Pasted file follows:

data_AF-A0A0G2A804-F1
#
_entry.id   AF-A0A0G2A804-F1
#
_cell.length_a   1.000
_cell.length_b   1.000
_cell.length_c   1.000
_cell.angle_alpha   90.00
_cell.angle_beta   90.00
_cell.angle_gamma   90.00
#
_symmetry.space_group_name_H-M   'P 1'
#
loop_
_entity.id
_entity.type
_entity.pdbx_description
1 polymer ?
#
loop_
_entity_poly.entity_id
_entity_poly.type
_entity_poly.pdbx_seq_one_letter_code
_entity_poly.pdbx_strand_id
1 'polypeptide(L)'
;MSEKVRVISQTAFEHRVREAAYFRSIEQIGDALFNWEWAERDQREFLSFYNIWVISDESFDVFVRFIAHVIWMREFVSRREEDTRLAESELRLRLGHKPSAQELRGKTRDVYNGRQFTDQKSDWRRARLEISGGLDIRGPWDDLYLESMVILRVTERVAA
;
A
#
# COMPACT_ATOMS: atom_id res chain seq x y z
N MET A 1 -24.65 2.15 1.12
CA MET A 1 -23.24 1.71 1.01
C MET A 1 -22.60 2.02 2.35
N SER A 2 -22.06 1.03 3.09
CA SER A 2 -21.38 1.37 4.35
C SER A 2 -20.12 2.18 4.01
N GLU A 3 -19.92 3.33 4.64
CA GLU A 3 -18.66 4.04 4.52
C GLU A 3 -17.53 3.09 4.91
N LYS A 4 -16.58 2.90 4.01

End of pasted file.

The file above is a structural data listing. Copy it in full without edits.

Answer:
data_AF-A0A0G2A804-F1
#
_entry.id   AF-A0A0G2A804-F1
#
_cell.length_a   1.000
_cell.length_b   1.000
_cell.length_c   1.000
_cell.angle_alpha   90.00
_cell.angle_beta   90.00
_cell.angle_gamma   90.00
#
_symmetry.space_group_name_H-M   'P 1'
#
loop_
_entity.id
_entity.type
_entity.pdbx_description
1 polymer ?
#
loop_
_entity_poly.entity_id
_entity_poly.type
_entity_poly.pdbx_seq_one_letter_code
_entity_poly.pdbx_strand_id
1 'polypeptide(L)'
;MSEKVRVISQTAFEHRVREAAYFRSIEQIGDALFNWEWAERDQREFLSFYNIWVISDESFDVFVRFIAHVIWMREFVSRREEDTRLAESELRLRLGHKPSAQELRGKTRDVYNGRQFTDQKSDWRRARLEISGGLDIRGPWDDLYLESMVILRVTERVAA
;
A
#
# COMPACT_ATOMS: atom_id res chain seq x y z
N MET A 1 -24.65 2.15 1.12
CA MET A 1 -23.24 1.71 1.01
C MET A 1 -22.60 2.02 2.35
N SER A 2 -22.06 1.03 3.09
CA SER A 2 -21.38 1.37 4.35
C SER A 2 -20.12 2.18 4.01
N GLU A 3 -19.92 3.33 4.64
CA GLU A 3 -18.66 4.04 4.52
C GLU A 3 -17.53 3.09 4.91
N LYS A 4 -16.58 2.90 4.01